Independent contractors do not qualify as employees within a trucking agency or similar corporation. These parties instead operate, as the name suggests, independently, with trucking agencies and related corporations operating as their clients.
Should you get into an accident with an independent contractor and have the means to argue that said contractor caused your accident, you’ll be communicating directly with that individual. In other words, independent truck drivers must represent themselves after a severe accident.
These parties are also expected to purchase their own insurance, which can impact the compensation you may be entitled to after an accident.
Full and part-time employees operating on W-2s receive more protections in the face of an accident than their peers on independent contracts. Truck drivers who operate on W-2s can sometimes turn to their employers for protection if they’re accused of causing a severe accident.
If you get into a truck accident with a driver operating on a W-2, there’s a good chance that you may have to name the truck driver’s employer as the party liable for your losses. You can check in with a Whitestown, IN, truck accident attorney to make sure you’re addressing your accident complaint to the appropriate party.
Know the Value of Your Truck Accident Case
When you bring your truck accident losses to the attention of a judge, said judge expects you to outline the value of those losses. You need to establish the sum total of the damages you think you deserve after a truck accident prior to submitting your civil claim. Which losses qualify for inclusion within a complaint, and how do you find their total sum?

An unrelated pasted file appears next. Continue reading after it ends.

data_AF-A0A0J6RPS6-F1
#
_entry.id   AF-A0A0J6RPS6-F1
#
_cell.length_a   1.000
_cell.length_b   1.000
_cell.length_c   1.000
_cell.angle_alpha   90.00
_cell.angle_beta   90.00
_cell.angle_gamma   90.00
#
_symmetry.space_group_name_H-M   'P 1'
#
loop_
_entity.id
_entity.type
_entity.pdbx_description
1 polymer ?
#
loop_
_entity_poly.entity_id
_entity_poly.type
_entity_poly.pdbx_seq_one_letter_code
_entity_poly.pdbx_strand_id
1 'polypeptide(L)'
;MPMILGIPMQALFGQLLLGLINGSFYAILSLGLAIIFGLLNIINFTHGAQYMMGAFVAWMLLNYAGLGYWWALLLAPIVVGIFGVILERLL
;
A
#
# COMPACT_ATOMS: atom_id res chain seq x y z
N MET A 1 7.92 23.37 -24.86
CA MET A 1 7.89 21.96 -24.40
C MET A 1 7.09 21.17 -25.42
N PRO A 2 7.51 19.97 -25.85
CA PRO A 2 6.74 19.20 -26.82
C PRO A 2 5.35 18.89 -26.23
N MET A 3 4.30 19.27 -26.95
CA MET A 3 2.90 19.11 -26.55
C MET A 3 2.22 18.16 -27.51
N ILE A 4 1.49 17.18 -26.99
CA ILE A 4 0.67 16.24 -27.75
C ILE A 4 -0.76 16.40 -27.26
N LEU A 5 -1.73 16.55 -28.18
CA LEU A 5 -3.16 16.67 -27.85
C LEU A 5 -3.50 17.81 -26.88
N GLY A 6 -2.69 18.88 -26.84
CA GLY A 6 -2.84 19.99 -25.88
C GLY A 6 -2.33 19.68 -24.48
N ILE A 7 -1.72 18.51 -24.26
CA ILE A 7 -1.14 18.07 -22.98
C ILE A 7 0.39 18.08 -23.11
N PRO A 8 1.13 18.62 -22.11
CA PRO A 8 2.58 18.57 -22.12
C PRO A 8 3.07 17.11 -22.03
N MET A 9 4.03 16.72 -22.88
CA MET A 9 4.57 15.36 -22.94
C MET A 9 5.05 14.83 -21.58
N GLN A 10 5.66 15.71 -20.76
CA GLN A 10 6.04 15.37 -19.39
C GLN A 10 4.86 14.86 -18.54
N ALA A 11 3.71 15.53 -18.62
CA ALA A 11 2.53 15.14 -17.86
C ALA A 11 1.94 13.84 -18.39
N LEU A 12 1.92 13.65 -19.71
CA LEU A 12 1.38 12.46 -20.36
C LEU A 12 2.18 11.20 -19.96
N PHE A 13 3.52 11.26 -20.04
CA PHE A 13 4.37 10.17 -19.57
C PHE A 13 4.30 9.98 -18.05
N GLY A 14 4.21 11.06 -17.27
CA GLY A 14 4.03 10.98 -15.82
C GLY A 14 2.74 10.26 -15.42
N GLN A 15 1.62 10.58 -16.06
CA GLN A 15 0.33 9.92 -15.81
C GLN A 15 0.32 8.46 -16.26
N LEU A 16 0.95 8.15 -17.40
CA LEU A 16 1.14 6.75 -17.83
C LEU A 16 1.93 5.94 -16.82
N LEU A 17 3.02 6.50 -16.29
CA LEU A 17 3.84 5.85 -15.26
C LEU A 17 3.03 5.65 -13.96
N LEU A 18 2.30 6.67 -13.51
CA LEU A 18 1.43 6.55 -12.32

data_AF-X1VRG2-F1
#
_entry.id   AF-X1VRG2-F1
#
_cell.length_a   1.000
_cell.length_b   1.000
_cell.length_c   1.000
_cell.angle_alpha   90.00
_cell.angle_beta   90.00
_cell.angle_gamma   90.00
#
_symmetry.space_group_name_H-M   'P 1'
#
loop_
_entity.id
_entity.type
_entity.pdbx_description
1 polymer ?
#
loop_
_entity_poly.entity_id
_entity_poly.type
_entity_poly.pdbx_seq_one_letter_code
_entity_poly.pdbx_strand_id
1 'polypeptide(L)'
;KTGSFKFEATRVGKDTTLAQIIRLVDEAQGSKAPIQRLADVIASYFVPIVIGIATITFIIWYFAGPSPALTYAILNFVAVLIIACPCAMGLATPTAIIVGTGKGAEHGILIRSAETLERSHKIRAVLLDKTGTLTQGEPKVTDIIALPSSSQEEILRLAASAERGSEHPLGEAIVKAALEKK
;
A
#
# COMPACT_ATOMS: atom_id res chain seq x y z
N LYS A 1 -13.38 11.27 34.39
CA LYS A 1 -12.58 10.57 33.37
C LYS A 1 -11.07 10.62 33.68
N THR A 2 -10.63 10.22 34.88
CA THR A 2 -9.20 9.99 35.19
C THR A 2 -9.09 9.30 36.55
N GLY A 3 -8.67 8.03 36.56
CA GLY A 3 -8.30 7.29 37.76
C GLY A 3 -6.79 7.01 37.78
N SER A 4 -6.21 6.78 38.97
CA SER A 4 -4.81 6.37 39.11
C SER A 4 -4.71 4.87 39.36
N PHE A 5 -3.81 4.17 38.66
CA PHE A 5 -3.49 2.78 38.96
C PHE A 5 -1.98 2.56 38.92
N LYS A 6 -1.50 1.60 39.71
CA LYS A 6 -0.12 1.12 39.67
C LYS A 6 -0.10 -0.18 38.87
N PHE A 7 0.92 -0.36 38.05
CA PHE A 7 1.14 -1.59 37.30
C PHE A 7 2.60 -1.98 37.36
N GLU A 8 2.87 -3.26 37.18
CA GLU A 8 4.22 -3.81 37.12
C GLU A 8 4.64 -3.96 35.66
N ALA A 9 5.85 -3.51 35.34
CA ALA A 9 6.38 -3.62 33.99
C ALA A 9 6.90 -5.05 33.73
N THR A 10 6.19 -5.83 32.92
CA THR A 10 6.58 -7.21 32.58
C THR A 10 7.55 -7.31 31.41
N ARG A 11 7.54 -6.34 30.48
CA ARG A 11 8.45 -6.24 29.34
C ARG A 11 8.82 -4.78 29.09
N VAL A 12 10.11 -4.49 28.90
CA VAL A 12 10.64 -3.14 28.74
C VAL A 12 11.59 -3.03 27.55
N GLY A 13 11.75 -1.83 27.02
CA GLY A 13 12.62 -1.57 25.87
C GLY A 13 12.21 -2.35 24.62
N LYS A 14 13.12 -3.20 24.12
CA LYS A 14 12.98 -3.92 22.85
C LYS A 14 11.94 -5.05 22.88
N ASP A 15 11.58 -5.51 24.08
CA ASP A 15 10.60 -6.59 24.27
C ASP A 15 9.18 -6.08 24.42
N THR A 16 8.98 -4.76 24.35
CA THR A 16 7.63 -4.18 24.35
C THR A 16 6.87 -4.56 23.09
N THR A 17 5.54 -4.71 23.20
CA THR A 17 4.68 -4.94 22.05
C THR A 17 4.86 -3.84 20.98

You can find the value of a truck accident claim by calculating the sum of your economic losses. These can range from the cost of essential medical treatment to compensation for lost wages while recovering. You can also include the cost of property repair in your request.
You can then move to modify the sum of your economic losses with the value of your non-economic losses. Our truck accident lawyers in Whitestown can provide you with the information you need to value these losses during an initial case consultation. In most cases, your post-truck accident non-economic losses can include:
- Mental anguish
- Emotional distress
- Pain and suffering
You also have the right to request damages for a loved one’s wrongful death if your truck accident proved fatal.
Talk to Truck Accident Attorneys in Whitestown
Truck drivers are expected to keep up with their training and licensure when they take to the road. A driver who fails to either consistently train or take the well-being of other parties on the road into account can find themselves held responsible for the accident that upended your plans for the future.
Before you can accuse someone of causing your truck accident, though, you need evidence on hand. You can work with truck accident attorneys in Whitestown, IN, to gather that evidence and present your demand for compensation to a judge. Contact Vaughan & Vaughan online or over the phone today to schedule your free case consultation with our experienced team.